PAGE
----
According to the February 2024 US Annual Threat Assessment report compiled by the Office of the Director of National Intelligence, Hamas will be able to continue as “lingering armed resistance… for years to come, and the military will struggle to neutralise Hamas’s underground infrastructure, which allow insurgents to hide, regain strength, and surprise Israeli forces”. And all of this for near-universal global outrage and condemnation.

Israel had not just a right but a duty to respond to the October 7 atrocities. No state could stand by and do nothing. No nation could suffer such a loss and not respond. But the events set in motion by October 7 were always going to be about more than just Israel and Gaza. A localised war has now become perhaps the primary front in a much broader conflict between the American-led order on the one hand and, on the other, a loose axis of states with little in common except a common desire to oppose that order. In the Middle East, the primary player is Iran — and it is exploiting events with sadistic ruthlessness and efficacy.

How World Leaders Are Reacting to the Six-Month Anniversary of the Israel-Hamas War


On Oct. 7, Hamas militants stormed into Israel from Gaza, killing around 1,200 people, most civilians, and taking more than 250 hostage, igniting a devastating war.

In the six months since then, Israel responded by invading and bombarding Gaza, killing a reported 33,000 Palestinians, a majority women and children, according to the United Nations. Israel’s attacks and control of humanitarian aid into the territory have now, according to reports, pushed one million people to the brink of famine.

The crisis has prompted protests and legal challenges—including one filed by South Africa at the U.N.’s highest court in which judges issued an interim order in January that it was “plausible” Israel was committing acts of genocide. Israel strongly rejects the claim.

Israel’s allies have increased their criticism and pressure on the country to protect civilians, especially after the Israeli military fired missiles that killed seven aid workers—six foreign nationals—working with the NGO World Central Kitchen on April 2 in what the military called a “grave mistake.”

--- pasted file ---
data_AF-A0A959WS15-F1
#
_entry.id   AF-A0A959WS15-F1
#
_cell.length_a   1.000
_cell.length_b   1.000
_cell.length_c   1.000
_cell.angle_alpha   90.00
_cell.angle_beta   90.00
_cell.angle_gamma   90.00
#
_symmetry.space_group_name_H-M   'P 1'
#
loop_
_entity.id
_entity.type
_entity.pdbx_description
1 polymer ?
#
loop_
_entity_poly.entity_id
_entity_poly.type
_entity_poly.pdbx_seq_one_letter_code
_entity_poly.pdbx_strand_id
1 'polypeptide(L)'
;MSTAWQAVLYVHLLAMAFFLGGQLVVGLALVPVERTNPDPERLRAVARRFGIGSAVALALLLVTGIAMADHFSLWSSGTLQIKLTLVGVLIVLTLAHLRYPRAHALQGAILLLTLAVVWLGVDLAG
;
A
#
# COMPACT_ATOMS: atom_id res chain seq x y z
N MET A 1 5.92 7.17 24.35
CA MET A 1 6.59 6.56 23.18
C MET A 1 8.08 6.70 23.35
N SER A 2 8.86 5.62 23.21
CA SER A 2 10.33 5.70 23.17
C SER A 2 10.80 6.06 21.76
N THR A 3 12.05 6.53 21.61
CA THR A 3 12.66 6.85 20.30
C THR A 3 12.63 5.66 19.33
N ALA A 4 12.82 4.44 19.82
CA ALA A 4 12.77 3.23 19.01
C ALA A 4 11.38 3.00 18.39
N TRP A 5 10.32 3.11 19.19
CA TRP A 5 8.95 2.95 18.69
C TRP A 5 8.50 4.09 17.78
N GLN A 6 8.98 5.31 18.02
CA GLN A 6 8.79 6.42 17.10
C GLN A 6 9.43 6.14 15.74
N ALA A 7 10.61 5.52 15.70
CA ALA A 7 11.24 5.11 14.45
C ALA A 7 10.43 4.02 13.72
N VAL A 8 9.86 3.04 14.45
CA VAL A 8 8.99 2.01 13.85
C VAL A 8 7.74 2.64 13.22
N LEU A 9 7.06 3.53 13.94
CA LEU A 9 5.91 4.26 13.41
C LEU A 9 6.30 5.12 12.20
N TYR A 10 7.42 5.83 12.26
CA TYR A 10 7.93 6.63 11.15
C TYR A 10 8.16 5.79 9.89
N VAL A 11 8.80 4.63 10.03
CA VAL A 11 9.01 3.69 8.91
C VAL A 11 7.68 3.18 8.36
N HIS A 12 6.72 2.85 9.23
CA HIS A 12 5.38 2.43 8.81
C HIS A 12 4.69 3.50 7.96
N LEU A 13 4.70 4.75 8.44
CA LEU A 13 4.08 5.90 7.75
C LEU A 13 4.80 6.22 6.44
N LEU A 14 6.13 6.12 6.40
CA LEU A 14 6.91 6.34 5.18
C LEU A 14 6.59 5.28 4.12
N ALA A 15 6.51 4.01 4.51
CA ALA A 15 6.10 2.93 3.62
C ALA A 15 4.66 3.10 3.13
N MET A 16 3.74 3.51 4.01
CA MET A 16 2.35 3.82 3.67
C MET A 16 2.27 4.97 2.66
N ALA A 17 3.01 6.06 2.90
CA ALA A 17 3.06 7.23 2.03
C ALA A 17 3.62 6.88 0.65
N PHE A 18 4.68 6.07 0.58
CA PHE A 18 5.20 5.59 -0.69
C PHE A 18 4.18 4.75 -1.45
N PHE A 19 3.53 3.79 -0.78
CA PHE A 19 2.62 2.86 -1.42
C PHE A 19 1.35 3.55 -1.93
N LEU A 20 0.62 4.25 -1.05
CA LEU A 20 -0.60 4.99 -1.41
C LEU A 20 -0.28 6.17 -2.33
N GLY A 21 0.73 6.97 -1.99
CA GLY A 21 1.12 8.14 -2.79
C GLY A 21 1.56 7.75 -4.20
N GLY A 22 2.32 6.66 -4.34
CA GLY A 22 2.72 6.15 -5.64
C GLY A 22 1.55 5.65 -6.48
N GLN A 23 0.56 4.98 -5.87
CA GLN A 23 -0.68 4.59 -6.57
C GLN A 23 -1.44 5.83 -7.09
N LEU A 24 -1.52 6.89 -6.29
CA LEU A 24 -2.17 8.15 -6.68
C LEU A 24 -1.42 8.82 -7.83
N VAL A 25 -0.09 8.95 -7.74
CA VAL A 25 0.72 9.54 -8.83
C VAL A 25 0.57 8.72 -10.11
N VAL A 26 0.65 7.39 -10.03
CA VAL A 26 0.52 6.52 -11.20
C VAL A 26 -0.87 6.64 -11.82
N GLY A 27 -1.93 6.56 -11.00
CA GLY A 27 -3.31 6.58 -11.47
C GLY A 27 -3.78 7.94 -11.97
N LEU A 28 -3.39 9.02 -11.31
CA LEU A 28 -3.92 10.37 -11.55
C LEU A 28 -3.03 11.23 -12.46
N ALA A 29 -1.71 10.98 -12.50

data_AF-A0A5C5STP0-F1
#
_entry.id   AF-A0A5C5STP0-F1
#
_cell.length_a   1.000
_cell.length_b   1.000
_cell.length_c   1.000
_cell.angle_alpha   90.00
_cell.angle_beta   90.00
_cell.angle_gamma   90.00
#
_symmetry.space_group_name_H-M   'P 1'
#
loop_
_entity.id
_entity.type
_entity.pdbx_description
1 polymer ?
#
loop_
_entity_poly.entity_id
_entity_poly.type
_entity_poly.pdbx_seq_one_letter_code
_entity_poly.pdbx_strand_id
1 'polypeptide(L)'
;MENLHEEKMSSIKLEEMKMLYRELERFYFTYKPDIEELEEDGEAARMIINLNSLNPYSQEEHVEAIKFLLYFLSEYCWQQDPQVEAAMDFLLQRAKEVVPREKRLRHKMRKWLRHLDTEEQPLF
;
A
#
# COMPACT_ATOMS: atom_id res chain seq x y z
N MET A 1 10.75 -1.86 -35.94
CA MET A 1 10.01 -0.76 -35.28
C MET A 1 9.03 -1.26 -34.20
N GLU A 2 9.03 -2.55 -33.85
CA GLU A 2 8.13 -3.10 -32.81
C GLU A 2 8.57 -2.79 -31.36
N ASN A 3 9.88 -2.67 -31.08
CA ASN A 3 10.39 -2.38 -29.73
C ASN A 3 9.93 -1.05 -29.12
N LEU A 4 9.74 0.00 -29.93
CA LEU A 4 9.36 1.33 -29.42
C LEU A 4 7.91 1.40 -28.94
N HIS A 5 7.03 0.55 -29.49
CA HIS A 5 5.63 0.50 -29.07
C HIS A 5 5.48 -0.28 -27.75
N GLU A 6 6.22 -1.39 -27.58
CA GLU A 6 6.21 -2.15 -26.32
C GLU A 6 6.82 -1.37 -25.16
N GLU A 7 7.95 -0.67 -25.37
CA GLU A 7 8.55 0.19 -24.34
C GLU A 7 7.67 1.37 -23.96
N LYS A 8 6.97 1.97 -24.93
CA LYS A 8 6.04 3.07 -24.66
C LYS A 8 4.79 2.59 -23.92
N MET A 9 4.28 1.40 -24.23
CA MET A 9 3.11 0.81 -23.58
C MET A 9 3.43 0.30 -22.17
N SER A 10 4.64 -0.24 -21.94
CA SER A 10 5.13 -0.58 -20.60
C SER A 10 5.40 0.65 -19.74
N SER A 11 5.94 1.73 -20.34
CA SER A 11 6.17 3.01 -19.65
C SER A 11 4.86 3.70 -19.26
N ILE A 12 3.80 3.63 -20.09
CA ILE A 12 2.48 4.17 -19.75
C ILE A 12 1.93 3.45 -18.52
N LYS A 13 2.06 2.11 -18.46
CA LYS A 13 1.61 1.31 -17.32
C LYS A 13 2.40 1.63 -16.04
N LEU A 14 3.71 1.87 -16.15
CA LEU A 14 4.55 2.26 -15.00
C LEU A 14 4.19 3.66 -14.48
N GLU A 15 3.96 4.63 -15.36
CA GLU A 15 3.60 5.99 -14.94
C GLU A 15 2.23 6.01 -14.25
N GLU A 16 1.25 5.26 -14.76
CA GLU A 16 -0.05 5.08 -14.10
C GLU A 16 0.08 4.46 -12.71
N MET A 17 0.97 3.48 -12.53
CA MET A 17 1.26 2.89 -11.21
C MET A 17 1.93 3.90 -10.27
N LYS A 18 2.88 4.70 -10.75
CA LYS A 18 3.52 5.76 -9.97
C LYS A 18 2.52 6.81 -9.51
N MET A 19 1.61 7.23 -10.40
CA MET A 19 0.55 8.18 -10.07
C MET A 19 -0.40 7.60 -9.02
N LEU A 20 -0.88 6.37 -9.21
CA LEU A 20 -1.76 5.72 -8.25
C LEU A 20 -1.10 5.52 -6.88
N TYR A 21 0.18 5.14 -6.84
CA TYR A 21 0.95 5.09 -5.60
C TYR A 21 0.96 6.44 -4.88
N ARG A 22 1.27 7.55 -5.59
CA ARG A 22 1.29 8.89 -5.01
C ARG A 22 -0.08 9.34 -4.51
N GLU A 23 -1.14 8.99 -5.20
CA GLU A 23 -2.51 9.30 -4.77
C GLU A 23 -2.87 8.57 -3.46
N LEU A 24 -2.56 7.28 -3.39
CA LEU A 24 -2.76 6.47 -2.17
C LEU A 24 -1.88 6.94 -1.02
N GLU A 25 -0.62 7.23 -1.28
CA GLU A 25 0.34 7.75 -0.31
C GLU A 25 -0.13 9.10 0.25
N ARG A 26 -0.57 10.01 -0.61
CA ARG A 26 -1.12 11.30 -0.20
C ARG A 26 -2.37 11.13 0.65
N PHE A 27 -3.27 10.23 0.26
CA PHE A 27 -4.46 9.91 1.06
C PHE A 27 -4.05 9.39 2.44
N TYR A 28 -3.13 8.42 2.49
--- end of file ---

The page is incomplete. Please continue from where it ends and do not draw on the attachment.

After the deaths, President Joe Biden gave Israeli Prime Minister Benjamin Netanyahu an ultimatum to take immediate actions to protect civilians and allow food aid into Gaza or the U.S. will change its military campaign support (the U.S. gives Israel billions of dollars a year in military aid). Israel responded by opening up new aid routes into Gaza.

At home, Netanyahu faces massive protests calling for a hostage deal from families of the remaining 133 hostages, with some joining anti-government protesters to push for him to step down.

The Israeli leader said in remarks on Sunday: “Today we are marking six months of the war. The achievements of the war are considerable.”

After six months of war, Israel’s isolation grows with no end in sigh


When Israel declared war against Hamas last October, it stood unified at home and enjoyed broad backing from around the world following an unprecedented attack by the Islamic militant group.

Six months later, Israel finds itself in a far different place: bogged down in Gaza, divided domestically, isolated internationally and increasingly at odds with its closest ally. The risk of a broader regional war remains real.

Despite Israel’s fierce military onslaught, Hamas is still standing, if significantly weakened. The offensive has pushed Gaza into a humanitarian crisis, displacing more than 80% of the population and leaving over 1 million people on the brink of starvation. Yet Israel hasn’t presented a postwar vision acceptable to its partners, and cease-fire talks remain at a standstill.

Here are six takeaways from the first six months of war.


Israel declared war in response to Hamas’ Oct. 7 cross-border attack, in which the militant group killed 1,200 people, most of them civilians, and kidnapped about 250 others.

Prime Minister Benjamin Netanyahu set two objectives: destroying Hamas and bringing home the hostages. Despite his repeated pledges to achieve “total victory,” his goals remain elusive.

After steadily conquering most of Gaza in a bruising offensive, Israeli ground troops are in a holding pattern marked by small tactical operations and uncertainty over whether the army will march into the southern Gaza city of Rafah, Hamas’ last significant stronghold.

Joseph S. Nye, Jr.

Project Syndicate: In your new memoir, A Life in the American Century, you describe implementing US President Jimmy Carter’s policy of ensuring that plutonium formed from uranium in nuclear reactors was not reprocessed and reused. Is there a comparable rule or initiative that could help mitigate nuclear risks today, when, as you recently wrote, “conditions seem especially dire”? What are the most glaring gaps in current nonproliferation efforts?